Police end string of Lenoir car burglaries
Teens 'did it just for fun at first'
A trio of 17-year-old Lenoir City High School students motivated by the thrill of breaking the law spent several nights over the past month sneaking out and burglarizing scores of vehicles before their crime spree was brought to an end by a fortuitous traffic stop over the weekend, police said.
The boys have confessed to more than 80 automobile burglaries in which they stole electronics, cash, purses, cell phones and Tasers, according to the Loudon County Sheriff's Office.
"They did it just for fun at first, but they sort of got hooked on it because it was so easy," Sheriff's Office Investigator Charlie Cosner said Monday.
The break-ins took place in the northern section of the county and in Lenoir City, and most of the vehicles were parked outside homes in the early hours of the morning when they were targeted.
"They would be spending nights with each other, and after their parents went to bed, they'd go out," Cosner said. "There was no forced entry. They'd go up to the cars, pull on the handles, and then took whatever they wanted."
After prowling the streets at night looking for things to steal, the boys "would actually get up in the morning and go to school," Cosner said.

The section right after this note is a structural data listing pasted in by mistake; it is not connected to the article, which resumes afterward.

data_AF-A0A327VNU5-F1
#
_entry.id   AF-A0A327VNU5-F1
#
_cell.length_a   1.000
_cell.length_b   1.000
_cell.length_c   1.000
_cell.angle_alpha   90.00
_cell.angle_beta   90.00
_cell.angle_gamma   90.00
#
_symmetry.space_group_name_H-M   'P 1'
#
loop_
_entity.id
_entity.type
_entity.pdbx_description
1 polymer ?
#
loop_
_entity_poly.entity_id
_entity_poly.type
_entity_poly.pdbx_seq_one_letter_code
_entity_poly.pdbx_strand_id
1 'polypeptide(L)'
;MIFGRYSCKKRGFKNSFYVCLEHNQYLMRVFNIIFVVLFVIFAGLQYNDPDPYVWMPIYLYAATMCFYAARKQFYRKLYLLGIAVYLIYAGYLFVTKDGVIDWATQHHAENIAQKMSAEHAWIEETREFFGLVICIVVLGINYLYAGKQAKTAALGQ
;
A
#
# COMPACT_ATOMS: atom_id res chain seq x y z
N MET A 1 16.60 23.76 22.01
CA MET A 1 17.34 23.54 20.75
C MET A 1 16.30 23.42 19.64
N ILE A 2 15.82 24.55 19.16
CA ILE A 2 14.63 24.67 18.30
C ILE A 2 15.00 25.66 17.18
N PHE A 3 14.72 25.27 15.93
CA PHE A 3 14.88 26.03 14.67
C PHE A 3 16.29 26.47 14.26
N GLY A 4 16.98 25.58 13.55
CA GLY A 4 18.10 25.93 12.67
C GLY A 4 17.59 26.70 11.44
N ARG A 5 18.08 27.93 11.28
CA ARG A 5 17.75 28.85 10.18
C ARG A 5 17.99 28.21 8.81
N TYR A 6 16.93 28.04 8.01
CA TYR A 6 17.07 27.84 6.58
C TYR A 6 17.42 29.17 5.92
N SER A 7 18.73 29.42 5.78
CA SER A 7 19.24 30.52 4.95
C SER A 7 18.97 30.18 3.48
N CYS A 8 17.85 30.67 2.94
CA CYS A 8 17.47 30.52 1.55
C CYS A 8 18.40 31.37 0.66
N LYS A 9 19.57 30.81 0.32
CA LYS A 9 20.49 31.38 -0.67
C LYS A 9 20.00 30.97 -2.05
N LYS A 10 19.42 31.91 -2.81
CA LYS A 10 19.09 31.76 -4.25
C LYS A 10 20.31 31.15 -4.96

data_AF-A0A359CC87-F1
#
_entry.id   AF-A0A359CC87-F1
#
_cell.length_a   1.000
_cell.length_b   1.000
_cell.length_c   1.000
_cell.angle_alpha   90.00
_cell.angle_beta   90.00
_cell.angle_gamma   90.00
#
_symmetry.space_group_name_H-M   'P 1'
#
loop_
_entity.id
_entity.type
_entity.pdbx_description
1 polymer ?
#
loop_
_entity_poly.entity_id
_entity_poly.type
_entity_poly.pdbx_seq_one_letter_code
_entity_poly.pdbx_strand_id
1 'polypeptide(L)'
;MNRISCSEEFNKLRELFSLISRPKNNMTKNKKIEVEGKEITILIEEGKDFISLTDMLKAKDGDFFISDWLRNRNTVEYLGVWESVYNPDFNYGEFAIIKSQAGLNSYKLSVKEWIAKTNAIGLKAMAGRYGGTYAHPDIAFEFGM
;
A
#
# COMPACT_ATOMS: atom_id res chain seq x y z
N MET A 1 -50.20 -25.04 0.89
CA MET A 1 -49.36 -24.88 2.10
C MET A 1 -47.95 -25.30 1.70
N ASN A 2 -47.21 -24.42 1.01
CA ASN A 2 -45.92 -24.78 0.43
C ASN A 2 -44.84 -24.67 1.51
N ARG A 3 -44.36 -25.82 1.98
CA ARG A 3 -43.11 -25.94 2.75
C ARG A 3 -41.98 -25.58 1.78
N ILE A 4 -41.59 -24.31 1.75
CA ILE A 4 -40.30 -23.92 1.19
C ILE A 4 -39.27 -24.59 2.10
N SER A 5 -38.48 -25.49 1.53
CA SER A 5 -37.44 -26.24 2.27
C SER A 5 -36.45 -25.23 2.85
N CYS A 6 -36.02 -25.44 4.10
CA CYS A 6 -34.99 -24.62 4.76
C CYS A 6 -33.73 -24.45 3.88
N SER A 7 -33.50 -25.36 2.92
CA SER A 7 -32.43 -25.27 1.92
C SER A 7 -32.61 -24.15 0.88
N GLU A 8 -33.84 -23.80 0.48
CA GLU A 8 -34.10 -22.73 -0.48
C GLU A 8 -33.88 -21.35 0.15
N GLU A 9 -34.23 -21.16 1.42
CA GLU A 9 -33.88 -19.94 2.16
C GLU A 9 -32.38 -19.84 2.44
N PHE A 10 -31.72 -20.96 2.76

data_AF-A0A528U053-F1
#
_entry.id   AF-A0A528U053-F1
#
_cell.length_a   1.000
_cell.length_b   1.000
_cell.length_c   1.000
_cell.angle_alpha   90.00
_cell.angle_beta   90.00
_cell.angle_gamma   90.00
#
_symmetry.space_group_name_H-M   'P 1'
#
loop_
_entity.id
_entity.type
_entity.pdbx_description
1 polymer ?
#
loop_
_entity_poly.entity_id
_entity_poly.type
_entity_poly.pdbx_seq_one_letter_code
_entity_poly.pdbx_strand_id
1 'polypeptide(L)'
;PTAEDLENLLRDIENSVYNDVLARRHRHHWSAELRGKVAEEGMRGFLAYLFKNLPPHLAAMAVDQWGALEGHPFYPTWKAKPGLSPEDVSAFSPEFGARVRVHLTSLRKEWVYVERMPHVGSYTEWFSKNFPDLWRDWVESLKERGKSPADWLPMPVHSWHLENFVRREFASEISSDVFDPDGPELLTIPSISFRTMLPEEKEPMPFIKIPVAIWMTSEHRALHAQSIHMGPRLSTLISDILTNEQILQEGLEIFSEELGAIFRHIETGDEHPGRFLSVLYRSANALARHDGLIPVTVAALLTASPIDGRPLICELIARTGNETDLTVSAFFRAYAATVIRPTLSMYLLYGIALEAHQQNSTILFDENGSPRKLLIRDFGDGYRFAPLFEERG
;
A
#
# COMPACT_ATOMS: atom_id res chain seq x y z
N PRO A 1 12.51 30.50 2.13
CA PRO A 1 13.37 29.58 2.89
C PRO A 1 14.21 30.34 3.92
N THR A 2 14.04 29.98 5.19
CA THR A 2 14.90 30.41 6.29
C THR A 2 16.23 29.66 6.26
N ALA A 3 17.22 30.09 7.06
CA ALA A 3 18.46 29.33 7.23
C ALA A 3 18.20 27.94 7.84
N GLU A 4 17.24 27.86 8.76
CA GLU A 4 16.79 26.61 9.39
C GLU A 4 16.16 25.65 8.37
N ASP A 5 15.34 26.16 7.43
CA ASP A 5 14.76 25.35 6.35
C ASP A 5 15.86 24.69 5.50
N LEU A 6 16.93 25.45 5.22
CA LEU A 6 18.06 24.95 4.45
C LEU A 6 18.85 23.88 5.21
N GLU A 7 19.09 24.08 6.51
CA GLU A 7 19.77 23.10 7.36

Loudon County investigators working in tandem with Lenoir City Police Department Investigator Jonathan Sartin already had been pursuing leads, and by late last week the boys were possible suspects.
Early Saturday morning, Sheriff's Office Deputy Michael Watkins stopped a suspicious vehicle that one of the boys was riding in near Misty Ridge subdivision. He recognized one of the occupants as a suspect and called for investigators.
After the boy was interviewed, "we just went ahead and picked up the other two," Cosner said.
Police were sorting through the stolen property Monday so it can be returned to the rightful owners, but "these boys have taken so much, it's going to be impossible to find everything," Cosner said.
The boys face numerous counts of theft and burglary. Two had prior juvenile records, he said.